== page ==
Roomware and the Roomware project were started by Robert Gaal, Tijs Teulings and James Burke in 2006. I got involved by hosting their workshops in 2006 and part of 2007 in my office space.
This is my story as it has evolved thinking, presenting and working on it in 2009 (writing some new components and a Roomware Socket Server at the end of 2009: operating as a message based Event Switchbox – see this presentation).
From the Roomware project website:
The Roomware Project is an open-source framework for interactive spaces. It allows developers of multiple origins to enhance any venue or event using technologies such as BlueTooth and RFID.
“Roomware” is an application running in a defined space. For instance: linking people’s photographs to the screens of a club, sharing musical tastes with the DJ, finding other interesting people on your mobile phone, a photo booth activated by the entry tickets of two people, etc.
Roomware is about spaces, people and data. By binding them / connecting them you can create environments:
- Responding to people entering and moving in that space
- Providing people feedback on what is going in in that space
- Which allow people to connect to other people using the space itself
- Which allow people to share data with other people and the space, using the space itself
The rooms or spaces themselves become “intelligent” and responsive.
“Rooms” and “Spaces” are not limited to houses or buildings. Entire cities and countries can be connected using the principles of Roomware.
Web 4.0 is the term I started using in 2008 for Roomware, as a catchy marketing-term and mocking the “web 2.0″ and web 3.0” movements. From the WordPress blog I created in June 2008 and have not updated since then:
“Web 4.0” is about the manifestation and connection of the “Web” in and with the real world. This can be by the projection of peoples “Data Clouds” onto public screens or by connecting sensors to data aggregators in the web and use that data for different purposes – like measuring the levels of air-pollution in a city.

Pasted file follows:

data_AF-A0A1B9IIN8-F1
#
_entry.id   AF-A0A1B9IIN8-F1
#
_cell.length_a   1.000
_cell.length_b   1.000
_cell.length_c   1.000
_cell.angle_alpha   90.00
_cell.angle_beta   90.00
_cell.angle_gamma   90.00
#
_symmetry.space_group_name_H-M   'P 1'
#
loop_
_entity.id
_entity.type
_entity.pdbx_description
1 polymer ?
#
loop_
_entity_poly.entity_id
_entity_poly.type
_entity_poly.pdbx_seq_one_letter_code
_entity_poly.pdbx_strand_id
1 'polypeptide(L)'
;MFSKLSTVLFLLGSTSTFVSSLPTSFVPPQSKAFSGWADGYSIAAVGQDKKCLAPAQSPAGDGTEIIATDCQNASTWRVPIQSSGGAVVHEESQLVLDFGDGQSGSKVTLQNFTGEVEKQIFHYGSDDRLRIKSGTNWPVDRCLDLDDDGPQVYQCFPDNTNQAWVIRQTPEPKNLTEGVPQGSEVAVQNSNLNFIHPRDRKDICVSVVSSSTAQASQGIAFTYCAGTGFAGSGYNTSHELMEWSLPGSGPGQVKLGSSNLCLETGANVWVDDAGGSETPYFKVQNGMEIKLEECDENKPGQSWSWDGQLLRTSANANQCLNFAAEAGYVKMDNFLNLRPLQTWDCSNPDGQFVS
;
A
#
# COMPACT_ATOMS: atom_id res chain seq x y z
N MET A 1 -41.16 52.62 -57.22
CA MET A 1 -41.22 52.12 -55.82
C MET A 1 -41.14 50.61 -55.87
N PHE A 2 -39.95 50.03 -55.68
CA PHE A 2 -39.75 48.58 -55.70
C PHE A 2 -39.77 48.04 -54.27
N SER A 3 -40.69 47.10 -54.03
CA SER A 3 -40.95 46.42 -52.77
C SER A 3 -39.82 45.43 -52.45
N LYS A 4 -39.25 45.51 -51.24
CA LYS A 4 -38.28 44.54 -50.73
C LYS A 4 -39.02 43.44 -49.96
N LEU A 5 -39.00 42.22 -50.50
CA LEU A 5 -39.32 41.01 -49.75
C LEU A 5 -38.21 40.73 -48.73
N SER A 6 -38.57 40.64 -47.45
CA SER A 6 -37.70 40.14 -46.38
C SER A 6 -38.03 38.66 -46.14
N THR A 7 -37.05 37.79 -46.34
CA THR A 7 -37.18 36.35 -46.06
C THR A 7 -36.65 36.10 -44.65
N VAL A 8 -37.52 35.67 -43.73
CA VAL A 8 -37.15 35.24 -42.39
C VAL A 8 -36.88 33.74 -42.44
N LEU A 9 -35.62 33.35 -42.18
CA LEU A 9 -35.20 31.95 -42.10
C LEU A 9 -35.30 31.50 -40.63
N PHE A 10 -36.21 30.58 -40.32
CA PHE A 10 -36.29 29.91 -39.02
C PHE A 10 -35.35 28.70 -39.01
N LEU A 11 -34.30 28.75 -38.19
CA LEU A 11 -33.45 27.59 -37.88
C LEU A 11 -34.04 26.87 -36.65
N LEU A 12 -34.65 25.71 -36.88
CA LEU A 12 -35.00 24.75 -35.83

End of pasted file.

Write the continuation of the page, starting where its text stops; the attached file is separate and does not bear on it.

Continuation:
The possible future of “web 4.0” and Roomware
I believe that within five to ten years, “Roomware” will become common good. Cities will be “sensing” what is going on in their “bodies” via countless types of different sensors, people will be using RFID-cards like their Oyster and OV-chip cards for more than just checking in and out at public transportation and these cards will become the key to many things: like loyalty programs in shops, restaurants and cafes and operating as a key to your house and the office you work. Your mobile phone will be a remote control for many things in your environment. Houses will be enabled with software and hardware measuring energy-use and the use of the spaces themselves, giving you advice via Wakoopa-like services to “Discover hardware and other ways to save energy”.
When you are in any space, by stating your presence, the space might be able to retrieve your social data from your personal data cloud on the web, to point you out where other people are, to tell you what the customs are when your social background differs and project public your data on the walls and tables in your surroundings when you hook up with other people.
My take on “Roomware” – whatever it will be
I want the Roomware platform to be open, whatever it will be and become. There are a lot of issues involved, of which Privacy is the biggest. When the Roomware-scenarios as described above become reality, a lot of data about who you are and where you have been becomes more and more tracable then it is already now. (Also see the presentation I gave last year about “The post privacy era“)
Think of Foursquare to the power of many. (“I was here, there and there, X amount of times, using this and that, drinking so and so”).
Data is money. When Roomware becomes a closed platform, owned by a limited group of organizations, it will be easier to aggreggate all data to a central place and sell it to anyone offering the right amount of money. One step further, when your government turns bad, the game of “you were there and there and did this and that then and then” changes again.
By keeping it open, many small parties will hold fragments of your data and whereabouts. This scattered data makes it harder to simply aggregate everything in one query, but also moves the issue of “who keeps, guards and sells your data?” to another problem area.